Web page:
Which One To Choose? Competing Headlines From Two NJ NewspapersNovember 11, 2020
Yes, I Dropped Out of Stuyvesant High School to Homeschool MyselfNovember 12, 2020
When I was seven months pregnant with my first baby I developed a condition called preeclampsia. It can be quite serious—once it was a leading cause of maternal death—and treatment involves weekly (sometimes daily) monitoring of blood pressure, protein in the urine, edema, and other factors. We were lucky: Our beautiful baby was born healthy, if a little small for her gestational age, and I didn’t develop the most severe symptoms (although I was hospitalized twice and labor was induced at 37 weeks).
Why did we have a good outcome? Because professionals carefully measured my condition and prescribed proven interventions like medication and bed rest.
Right now American education is in a different sort of crisis, one triggered by the novel coronavirus. Those most at risk of loss are low-income students, disproportionately of color. This past May researchers at Brown University projected that “students would return to school this fall with approximately two-thirds of the reading gains relative to a regular school year and about a third to a half of the learning gains in math.” (The top-third of students were projected to return with higher-than-normal learning gains, a whole other topic.) According to NWEA, school closures from March-June cost students a third of a year in reading and a half a year in math. CREDO projects that, varying by state, students lost 136 to 232 days of learning in math.
These are educated guesses. The only way to accurately gauge a child’s degree of academic infirmity is through careful measurements of learning loss, along with development of interventions to keep students on track for good outcomes.
How do we take those measurements? Through no-stakes assessments that give teachers and school leaders the data they need to create treatment plans. If states choose to not measure learning loss and take restorative steps, the disease will run its course.
One of those states is New Jersey.
This is negligence. This is prioritizing politics (not a truth-seeking enterprise but a power-seeking one) over children. This is systemic failure that threatens the well-being of an entire generation of students. (Regular readers know that, under former Education Commissioner Lamont Repollet, the DOE’s aversion to measurement is a feature, not a bug. See the 64 Floor.)
Now, let’s be fair. The NJ Department of Education has posted on its website information on “Start Strong Assessments” available for reading (grades 4-10), math (grades 4-8 plus algebra and geometry), and science (grades 6, 9, and 12).
Yet administration of these diagnostic tests is entirely optional. Senator Teresa Ruiz, Chair of the Senate Education Committee, said, “[t]he fact that it’s optional and they’re not requiring the data to go back to them, it just misses the whole intent of what is critically needed. We need to know what has happened during this pandemic.”
Ruiz is correct. We need data to treat the malady. Otherwise, we’re just giving up on our kids. Here’s Mike Petrilli: “The path of least resistance here, and probably what most schools will do unless they’re encouraged to do something else, is just pass kids on and keep the conveyor belt moving.”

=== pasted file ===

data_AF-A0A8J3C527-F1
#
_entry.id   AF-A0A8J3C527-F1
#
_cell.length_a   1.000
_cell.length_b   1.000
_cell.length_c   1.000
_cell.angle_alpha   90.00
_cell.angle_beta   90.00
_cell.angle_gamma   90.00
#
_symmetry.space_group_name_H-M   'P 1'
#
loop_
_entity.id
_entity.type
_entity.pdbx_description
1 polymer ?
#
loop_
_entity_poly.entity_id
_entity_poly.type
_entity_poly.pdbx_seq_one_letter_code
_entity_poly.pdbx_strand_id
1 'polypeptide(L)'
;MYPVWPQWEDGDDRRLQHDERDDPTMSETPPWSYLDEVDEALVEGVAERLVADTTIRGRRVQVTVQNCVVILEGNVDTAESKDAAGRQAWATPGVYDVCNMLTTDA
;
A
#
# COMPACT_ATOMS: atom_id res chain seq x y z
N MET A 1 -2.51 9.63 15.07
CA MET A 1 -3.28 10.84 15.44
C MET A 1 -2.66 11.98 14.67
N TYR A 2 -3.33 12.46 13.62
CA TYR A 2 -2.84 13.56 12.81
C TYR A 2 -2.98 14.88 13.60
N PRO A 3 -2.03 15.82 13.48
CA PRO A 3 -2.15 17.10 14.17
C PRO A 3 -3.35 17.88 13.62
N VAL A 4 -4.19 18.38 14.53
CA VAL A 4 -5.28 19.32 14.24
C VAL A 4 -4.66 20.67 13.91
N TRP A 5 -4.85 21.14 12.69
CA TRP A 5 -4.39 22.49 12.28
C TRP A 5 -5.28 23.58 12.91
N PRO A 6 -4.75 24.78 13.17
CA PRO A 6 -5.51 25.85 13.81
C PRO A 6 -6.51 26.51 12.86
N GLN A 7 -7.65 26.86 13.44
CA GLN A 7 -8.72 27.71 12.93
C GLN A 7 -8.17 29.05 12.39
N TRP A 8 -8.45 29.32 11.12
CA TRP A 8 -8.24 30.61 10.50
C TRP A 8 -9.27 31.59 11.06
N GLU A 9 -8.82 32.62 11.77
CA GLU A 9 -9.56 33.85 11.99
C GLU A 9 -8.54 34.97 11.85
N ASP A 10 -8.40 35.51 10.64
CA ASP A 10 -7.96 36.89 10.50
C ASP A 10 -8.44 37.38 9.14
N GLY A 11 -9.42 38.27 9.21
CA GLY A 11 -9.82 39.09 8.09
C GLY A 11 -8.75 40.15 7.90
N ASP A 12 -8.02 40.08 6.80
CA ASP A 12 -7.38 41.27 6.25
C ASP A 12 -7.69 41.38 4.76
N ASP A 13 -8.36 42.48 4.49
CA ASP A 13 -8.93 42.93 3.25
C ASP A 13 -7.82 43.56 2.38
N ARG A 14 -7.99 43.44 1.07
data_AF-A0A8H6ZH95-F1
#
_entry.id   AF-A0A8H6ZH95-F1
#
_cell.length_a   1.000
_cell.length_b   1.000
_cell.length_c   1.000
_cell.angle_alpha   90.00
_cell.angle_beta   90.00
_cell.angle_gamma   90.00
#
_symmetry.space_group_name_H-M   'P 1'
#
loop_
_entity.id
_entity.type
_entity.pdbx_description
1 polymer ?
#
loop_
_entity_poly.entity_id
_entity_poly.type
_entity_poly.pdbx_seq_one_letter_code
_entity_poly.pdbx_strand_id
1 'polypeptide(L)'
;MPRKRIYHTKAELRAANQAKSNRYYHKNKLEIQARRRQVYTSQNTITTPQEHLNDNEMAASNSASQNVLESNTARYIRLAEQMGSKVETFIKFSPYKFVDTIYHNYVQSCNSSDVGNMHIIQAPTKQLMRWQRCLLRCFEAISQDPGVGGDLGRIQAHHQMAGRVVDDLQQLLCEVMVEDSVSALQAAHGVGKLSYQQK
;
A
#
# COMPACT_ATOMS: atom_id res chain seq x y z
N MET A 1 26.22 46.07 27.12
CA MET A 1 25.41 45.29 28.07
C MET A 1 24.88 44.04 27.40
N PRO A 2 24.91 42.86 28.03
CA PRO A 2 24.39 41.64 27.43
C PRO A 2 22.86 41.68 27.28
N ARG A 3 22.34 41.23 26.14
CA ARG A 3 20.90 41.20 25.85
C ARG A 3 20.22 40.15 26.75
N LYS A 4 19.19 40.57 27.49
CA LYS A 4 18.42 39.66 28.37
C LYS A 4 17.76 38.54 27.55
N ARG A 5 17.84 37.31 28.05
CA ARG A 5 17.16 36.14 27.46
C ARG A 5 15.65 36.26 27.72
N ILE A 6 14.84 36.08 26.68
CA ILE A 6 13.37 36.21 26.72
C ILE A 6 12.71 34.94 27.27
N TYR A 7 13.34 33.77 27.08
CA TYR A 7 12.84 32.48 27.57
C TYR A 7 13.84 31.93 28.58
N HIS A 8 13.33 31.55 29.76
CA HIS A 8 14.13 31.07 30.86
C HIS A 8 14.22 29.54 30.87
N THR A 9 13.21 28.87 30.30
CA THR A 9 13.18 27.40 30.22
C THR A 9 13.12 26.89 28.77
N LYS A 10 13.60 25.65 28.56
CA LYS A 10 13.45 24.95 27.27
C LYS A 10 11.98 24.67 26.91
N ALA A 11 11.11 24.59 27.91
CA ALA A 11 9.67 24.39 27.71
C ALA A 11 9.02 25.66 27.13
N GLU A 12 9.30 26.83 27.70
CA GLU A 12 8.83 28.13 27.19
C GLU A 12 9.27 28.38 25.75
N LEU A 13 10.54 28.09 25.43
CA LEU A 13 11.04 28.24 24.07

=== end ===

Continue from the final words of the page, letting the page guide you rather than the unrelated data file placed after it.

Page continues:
We’re not alone in our willingness to paper over learning loss. In New York City, parent Maud Maron told the New York Post, “the [NYC] DOE is running away from an honest assessment of how far behind students are right now. Hiding the evidence does not help kids who need the most help.This policy is about protecting adults.”
Similarities between Bill De Blasio and Governor Murphy’s Administration are never a good thing for kids.
Here’s what would best serve students and teachers: The NJ DOE should mandate that all students, grades 3-10, have no-stakes formative assessments (which pinpoint precisely where students are struggling) in reading and math. These results would be shared with parents while school leaders and teachers come up with differentiated plans to address learning loss and, according to best practices, use acceleration, not remediation.
Is this hard? Yes in the short-run, no in the long-run. Is this necessary? Yes, unless the powers-that-be are willing to sacrifice the academic well-being of our neediest students.
As the state fails in this most fundamental task, Kyle Rosenkrans, executive director of the non-profit New Jersey Children’s Foundation,* is hiring researchers to measure how much students have fallen behind. Rosenkrans told Chalkbeat, “We’re in this data black hole. You can’t prescribe solutions unless you have a sound diagnosis of the scale of the problem.”
And, to their credit, some school leaders are stepping up on their own, even without DOE mandates. For example, Camden Superintendent Katrina McCombs is requiring that all schools use online assessments so the district can “drill down in a laserlike way to see what those skill gaps are and how we can rapidly close those gaps.”
This should be happening in every one of our 600 districts. But it’s not.
Learning loss, like my preeclampsia, can be treated. But treatment is only effective when professionals —be it doctors or school leaders—carefully measure indicators and implement best practices. Instead we have vapid virtue-signalling. Let’s hope our new Education Commissioner is more concerned with student learning than feel-good pablum.
*Brightbeam, where I work, received a grant from NJ Children’s Foundation.